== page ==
place must take "good care" of him,
and "provide for him a place to
sleep." Ugh! Probably the City
;Council of Morrison, 111., will, ere
long, frame an ordinance requiring a
merchant to loan a man who patron
izes and deals exclusively with the
storekeeper (his rival in business)
across the street, money to buy
goods from him. Just as much sense
in it. The saloonkeeper pays a li
cense to sell liquor, and as long as ho
is allowed to do so, his busim ss is
just as legitimate, legally, as any
other industry which a city may
license, and is entitled to fully
as much protection, and why he
should take care of a "drunk" who
has never once patronized him is a
conundrum for the City Council of
Morrison, 111., to answer. About the
only object in life with some mem
bers of a town Council is to frame
some freak ordiuance which will not
affect their private business but in
jures the business of others. These
sort of Councilmen are thick in
every city, at times, but after a
while are found out by the j»eople
and are kindly tucked in, by votes, to
the political graveyard of ' has
How to Handle Apples—Problem for the
The increasing production of ap
ples in the Northwest has furnished
a problem which the great railway
systems centering in St. Paul will
have to solve. Howard Elliott,
President of the Northern Pacific,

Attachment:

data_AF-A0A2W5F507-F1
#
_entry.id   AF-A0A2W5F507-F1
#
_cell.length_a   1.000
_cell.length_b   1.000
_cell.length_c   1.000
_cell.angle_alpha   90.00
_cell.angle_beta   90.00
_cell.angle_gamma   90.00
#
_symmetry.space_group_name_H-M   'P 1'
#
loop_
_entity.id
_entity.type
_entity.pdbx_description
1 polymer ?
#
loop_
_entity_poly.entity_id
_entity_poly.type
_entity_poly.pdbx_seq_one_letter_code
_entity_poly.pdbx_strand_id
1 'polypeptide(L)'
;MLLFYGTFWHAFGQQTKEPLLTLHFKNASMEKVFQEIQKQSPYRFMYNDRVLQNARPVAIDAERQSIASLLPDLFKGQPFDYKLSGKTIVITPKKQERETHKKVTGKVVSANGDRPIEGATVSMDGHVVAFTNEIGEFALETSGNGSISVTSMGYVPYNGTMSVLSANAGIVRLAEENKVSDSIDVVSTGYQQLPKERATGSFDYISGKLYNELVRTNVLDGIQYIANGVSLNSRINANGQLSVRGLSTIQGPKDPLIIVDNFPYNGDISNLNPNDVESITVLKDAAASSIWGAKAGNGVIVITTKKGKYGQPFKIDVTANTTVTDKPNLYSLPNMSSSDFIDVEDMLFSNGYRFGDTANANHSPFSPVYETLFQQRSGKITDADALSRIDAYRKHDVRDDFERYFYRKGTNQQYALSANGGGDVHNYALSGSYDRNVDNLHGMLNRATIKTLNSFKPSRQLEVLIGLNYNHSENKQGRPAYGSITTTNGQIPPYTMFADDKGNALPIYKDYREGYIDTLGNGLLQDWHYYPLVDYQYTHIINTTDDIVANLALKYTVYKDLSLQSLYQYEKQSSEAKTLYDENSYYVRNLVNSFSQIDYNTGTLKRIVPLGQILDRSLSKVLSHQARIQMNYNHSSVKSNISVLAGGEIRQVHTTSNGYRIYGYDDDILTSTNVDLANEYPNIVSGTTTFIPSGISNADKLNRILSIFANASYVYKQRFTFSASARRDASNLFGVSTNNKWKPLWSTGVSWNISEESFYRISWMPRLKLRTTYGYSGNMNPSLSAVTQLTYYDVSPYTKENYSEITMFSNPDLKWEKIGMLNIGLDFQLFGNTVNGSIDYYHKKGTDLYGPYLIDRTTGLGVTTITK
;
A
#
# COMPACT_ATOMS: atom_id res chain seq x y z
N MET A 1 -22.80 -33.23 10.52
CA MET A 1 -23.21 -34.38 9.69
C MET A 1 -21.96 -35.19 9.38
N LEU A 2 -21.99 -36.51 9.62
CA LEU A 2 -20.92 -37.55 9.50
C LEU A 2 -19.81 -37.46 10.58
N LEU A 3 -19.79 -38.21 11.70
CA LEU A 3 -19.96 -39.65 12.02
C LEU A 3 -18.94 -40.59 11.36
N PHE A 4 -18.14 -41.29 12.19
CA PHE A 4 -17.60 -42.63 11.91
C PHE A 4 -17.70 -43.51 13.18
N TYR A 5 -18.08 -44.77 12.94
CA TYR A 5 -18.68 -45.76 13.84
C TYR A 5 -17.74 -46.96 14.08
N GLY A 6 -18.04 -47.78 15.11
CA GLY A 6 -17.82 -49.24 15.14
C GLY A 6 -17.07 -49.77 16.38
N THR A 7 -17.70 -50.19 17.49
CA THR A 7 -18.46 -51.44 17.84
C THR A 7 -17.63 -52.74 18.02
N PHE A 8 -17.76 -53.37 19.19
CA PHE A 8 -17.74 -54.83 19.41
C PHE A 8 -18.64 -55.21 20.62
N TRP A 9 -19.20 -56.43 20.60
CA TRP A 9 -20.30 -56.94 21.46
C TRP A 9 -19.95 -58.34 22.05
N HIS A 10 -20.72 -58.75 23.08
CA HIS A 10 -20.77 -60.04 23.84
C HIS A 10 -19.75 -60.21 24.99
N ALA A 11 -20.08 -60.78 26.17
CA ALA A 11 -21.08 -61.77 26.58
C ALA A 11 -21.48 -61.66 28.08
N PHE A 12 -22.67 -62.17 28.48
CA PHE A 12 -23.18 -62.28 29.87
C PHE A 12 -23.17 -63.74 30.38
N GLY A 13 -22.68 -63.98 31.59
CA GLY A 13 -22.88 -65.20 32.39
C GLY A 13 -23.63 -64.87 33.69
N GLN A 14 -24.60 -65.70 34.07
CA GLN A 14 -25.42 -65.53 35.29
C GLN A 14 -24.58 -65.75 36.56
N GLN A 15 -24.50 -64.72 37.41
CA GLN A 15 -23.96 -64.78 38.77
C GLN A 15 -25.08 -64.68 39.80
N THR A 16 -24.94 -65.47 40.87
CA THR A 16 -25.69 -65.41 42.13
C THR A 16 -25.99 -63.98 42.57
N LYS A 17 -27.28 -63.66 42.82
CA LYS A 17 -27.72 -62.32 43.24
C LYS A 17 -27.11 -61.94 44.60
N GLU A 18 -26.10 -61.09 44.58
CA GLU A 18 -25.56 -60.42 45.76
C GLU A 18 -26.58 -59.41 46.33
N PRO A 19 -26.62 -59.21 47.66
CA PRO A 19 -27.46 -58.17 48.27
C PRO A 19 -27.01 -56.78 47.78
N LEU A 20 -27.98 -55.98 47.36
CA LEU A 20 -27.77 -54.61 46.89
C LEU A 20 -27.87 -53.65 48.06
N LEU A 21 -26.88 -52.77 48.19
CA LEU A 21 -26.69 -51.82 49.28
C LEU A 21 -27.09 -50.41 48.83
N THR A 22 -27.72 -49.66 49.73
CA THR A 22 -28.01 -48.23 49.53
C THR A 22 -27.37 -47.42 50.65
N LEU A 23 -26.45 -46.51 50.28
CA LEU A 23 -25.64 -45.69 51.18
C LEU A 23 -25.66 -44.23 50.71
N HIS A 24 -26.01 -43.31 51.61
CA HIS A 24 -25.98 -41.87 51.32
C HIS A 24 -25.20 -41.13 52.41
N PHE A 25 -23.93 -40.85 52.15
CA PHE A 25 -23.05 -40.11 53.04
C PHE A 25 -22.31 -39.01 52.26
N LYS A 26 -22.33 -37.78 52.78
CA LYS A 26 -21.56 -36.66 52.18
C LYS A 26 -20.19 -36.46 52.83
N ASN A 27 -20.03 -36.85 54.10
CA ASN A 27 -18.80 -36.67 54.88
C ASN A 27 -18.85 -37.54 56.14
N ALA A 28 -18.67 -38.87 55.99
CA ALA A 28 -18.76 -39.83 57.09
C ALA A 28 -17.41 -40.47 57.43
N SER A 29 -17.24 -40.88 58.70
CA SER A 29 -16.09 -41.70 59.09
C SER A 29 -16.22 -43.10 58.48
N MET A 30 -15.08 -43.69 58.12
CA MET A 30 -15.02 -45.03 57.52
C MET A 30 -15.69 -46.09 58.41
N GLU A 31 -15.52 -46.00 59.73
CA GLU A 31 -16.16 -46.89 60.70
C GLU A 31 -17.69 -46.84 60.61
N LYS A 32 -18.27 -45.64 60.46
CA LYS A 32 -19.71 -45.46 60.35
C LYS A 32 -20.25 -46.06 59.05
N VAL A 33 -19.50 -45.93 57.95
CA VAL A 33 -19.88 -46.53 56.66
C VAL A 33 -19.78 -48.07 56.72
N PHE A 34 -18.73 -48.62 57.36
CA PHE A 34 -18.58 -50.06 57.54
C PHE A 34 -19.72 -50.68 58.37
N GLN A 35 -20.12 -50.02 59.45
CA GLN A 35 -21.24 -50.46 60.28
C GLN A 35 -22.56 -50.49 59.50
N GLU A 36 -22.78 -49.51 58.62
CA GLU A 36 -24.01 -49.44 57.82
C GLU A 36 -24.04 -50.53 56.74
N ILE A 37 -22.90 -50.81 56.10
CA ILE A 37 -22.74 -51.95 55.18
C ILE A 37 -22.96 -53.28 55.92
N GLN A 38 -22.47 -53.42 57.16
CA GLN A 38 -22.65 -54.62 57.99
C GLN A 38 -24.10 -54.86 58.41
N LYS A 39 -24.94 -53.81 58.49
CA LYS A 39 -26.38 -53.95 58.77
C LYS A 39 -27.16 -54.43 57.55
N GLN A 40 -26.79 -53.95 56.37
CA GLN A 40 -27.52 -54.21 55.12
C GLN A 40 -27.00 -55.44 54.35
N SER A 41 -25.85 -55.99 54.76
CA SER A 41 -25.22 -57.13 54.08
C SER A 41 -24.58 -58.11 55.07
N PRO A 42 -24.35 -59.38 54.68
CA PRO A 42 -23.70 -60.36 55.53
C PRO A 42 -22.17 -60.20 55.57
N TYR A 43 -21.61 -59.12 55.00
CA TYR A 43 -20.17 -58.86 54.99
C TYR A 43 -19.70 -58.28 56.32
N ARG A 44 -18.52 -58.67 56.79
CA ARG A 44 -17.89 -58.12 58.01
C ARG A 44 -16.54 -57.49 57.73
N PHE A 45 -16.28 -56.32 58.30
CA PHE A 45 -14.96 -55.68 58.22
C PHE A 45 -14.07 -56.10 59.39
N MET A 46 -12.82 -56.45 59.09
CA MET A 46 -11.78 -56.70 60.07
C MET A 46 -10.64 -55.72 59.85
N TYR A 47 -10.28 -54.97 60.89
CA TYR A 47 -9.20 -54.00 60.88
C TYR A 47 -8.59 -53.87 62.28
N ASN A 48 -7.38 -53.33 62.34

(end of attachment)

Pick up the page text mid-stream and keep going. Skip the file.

also President of the Nationll Apple
Show, held for the third time in Spo
kane, Nov. 14 to lit, in his opening
address, discussed the question from
various standpoints.
Despite the fact that thousands of
new trees have been planted and the
1909 crop of apples in the Yakima
Valley, Washington, the Hitter
Hoot Valley, Montana, the Wenat
chee district on the Great Northern
in Oregon and the various apple dis
tricts in Idaho is the largest for seve
ral years, the demand for apples and
the new markets opened in all parts
of the world will take every apple
It is the getting of these apples tu
market with which the railroads are
concerned. American apples are al
ways at a premium in Europe. Far
away Egyptians have taken to the
fruit and want all they can get of it.
Australia on the other side of the
gloln* has a growing appetite for this
country's apples. In our own coun
try where the apple is regarded as
the most health-giving of fruits the
demand is increasing and thus the
railroads find themselves facing the
problem of transporting the fruit.
One of the new ideas to be suggest
ed by President Elliott is the erec
tion in the great producing districts
of apple storage houses. He will
recommend that the apples instead
of being picked from the trees and
rushed to the cars, be placed in these
storage houses where they will be
precooled. It has l»een found that
precooled apples keep better and
taste better than those that are
cooled in refrigerator cars while in
There are other advantages in this
plan of storing the apples near the
orchards in which they are grown.
It is believed, for one thing, that the
grower will be able to get a better
price for his product by holding it